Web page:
The number of theatre shows has stayed broadly flat since last year’s fringe, but there’s once again been a sharp increase in the number of comics, with a staggering 775 acts performing this year. My thoughts below.
Rhod Gilbert at Pleasance Courtyard
The superbly funny Welshman is making the transition to the big time at the moment – slightly awkwardly, seeming a bit much for TV and repeating material from 2007 which feels a wee bit stale. But he’s back at the Fringe this year, back on [adopted] home turf and with an all new show. Hard to bet against, and one not to miss.
All his Saturday shows at The Pleasance are sold out, save for one ticket on the 28th! Sadly I wouldn’t be forgiven if I went alone, but if you don’t any friends then at least go along solo and have a laugh about it.
Update: Most of Rhod’s shows are now sold out, but there’s a new batch of tickets available for two late shows on the last two Saturdays of the festival. Get ’em while they’re hot.
Reginald D Hunter at Udderbelly’s Pasture
Now officially big time (Have I Got News For You and everything) RDH is a sure fire bet for any Fringe visit. Ever since he wowed the world (and shocked London Underground) back in 2006 with Price and Prejudice and Niggas, he’s always been top of any list of comics to guarantee a funny evening.
He’s back at the Fringe in 2009, with The Only Apple in the Garden of Eden and Niggas (spot a theme?). Tickets are still available at edfringe.com or from the Pleasance.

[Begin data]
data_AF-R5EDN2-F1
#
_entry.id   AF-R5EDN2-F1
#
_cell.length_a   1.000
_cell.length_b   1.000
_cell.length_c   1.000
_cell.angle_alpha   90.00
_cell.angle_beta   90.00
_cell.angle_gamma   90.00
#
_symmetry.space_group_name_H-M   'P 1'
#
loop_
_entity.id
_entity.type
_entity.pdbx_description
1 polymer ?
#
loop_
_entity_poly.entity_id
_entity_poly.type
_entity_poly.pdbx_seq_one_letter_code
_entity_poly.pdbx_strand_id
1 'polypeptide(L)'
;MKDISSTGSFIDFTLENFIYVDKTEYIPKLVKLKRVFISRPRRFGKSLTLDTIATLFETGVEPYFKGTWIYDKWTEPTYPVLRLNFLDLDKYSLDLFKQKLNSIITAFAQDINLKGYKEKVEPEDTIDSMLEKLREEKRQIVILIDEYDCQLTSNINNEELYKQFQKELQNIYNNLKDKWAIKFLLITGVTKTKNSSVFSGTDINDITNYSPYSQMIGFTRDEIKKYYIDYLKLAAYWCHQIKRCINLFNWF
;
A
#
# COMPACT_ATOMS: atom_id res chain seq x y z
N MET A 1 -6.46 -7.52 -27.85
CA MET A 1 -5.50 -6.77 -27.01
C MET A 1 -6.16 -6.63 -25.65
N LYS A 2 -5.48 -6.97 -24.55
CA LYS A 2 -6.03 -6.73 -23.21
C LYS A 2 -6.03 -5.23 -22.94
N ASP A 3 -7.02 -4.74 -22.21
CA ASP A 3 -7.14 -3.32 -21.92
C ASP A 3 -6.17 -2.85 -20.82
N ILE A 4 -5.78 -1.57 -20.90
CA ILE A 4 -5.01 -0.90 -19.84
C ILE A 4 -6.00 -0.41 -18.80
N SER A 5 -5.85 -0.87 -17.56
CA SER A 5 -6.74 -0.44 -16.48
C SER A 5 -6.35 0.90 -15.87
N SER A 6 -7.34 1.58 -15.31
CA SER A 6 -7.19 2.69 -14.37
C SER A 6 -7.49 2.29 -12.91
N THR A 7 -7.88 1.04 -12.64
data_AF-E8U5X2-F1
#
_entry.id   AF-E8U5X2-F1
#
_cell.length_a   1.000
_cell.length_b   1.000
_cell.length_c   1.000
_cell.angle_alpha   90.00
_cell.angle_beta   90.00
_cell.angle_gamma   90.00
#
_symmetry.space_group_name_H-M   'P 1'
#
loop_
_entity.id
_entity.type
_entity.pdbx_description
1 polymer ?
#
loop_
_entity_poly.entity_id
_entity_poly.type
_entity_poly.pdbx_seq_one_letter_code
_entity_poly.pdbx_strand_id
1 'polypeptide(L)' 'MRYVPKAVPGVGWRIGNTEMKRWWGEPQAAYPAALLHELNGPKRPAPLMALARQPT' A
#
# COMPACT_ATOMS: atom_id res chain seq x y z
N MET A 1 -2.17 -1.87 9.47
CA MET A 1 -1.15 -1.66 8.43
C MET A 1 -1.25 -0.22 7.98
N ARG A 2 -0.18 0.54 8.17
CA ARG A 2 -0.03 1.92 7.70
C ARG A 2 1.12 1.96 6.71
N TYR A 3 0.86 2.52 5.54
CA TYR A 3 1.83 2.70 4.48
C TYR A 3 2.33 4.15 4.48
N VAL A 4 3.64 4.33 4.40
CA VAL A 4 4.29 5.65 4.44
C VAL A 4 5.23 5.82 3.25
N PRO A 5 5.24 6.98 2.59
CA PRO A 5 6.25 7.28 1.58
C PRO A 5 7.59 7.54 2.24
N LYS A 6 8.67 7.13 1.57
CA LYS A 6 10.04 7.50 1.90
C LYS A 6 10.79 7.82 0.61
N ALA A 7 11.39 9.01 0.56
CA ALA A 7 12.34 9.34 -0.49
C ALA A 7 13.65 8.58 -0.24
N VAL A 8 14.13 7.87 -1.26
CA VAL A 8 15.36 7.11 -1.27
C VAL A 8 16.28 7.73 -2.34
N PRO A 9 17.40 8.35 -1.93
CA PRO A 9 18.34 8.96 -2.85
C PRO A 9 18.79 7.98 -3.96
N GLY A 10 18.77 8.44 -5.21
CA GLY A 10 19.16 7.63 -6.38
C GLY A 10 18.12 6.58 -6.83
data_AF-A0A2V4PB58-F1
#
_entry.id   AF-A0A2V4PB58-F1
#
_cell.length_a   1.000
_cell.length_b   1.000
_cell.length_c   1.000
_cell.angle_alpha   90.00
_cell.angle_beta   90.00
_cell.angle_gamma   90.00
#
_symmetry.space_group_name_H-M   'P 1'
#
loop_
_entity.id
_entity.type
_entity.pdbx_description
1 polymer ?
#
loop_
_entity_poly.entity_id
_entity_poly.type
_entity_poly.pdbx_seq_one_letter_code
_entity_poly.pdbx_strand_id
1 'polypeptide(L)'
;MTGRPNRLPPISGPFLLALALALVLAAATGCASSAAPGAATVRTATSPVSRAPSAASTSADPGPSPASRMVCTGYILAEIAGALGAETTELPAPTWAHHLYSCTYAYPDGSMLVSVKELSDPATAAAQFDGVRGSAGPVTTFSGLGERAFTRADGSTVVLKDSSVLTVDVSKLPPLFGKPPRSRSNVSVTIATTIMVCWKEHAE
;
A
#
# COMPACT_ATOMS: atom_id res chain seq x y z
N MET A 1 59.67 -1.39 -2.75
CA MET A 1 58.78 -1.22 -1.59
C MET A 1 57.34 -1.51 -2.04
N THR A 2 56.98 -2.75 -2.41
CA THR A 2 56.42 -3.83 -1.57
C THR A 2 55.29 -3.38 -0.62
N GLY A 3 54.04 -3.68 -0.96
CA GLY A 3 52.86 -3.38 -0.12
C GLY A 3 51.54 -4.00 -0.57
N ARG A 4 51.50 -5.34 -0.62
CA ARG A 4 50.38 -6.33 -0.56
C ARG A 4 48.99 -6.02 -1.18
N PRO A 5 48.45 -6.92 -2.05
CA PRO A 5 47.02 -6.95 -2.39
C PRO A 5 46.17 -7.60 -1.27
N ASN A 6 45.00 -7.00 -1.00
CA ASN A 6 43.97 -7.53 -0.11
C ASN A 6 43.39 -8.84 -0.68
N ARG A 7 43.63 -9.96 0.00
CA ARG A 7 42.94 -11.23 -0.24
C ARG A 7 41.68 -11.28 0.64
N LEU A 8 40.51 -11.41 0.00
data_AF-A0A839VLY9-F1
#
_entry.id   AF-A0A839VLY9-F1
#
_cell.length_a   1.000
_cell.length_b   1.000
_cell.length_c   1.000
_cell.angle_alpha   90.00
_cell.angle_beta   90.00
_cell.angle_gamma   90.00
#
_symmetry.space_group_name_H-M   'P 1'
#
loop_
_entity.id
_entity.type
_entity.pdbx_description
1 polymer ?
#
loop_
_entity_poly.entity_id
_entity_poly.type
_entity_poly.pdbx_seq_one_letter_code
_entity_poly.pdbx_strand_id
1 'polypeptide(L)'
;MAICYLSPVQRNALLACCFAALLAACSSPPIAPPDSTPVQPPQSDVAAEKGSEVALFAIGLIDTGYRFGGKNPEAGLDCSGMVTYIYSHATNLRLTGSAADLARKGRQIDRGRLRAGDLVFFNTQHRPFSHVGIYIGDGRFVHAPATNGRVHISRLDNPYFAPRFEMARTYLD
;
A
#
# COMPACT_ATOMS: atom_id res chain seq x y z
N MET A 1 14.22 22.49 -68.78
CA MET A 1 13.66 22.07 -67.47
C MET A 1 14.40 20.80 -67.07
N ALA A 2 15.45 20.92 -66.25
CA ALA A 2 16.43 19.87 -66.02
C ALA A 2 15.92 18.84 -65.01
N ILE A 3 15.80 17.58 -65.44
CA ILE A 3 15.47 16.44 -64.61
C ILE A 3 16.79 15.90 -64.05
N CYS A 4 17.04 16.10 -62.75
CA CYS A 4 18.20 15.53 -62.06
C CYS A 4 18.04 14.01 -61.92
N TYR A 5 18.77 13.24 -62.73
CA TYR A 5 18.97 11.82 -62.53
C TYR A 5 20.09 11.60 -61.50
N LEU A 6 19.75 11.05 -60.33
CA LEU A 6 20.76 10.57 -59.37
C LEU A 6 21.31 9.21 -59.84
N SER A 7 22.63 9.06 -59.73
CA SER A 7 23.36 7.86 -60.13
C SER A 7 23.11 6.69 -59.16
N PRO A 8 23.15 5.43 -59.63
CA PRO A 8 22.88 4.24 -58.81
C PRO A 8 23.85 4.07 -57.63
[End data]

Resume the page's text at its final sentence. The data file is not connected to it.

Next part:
WitTank at Just the Tonic @ The Caves
University revue shows tend to have a delicate nature about them, like a fine wine. Groups can be superb for a couple of years while a few talented undergraduates pass through, before disappearing from view when the key members move on, or fall out, or fail to nurture the right talent below them. The Durham Revue were on undeniable top form between 2002 and 2004. The Leeds Revue had a glorious renaissance around 2005 or so. The Cambridge Footlights are generally pretty solid most of the time but their best recent vintage was 2002 and 2003. Oxford have been a bit hit-and-miss for the last few years, so they’re probably due a bounce back soon.
All are worth a look in, but one not to miss is WitTank. Hailing from Durham, the group was founded a few years ago as a response to the official revue which had become a little stale and complacent following a very successful run. Difficult to tell how any of them will perform in any given year, but this lot are probably reaching perfect drinking age right now.
Nick Mohammed at Pleasance Courtyard
You won’t see him on Live at the Apollo, so all the more reason to put this show into your Edinburgh calendar. Very funny bloke, has been consistently for years. Not much more to say.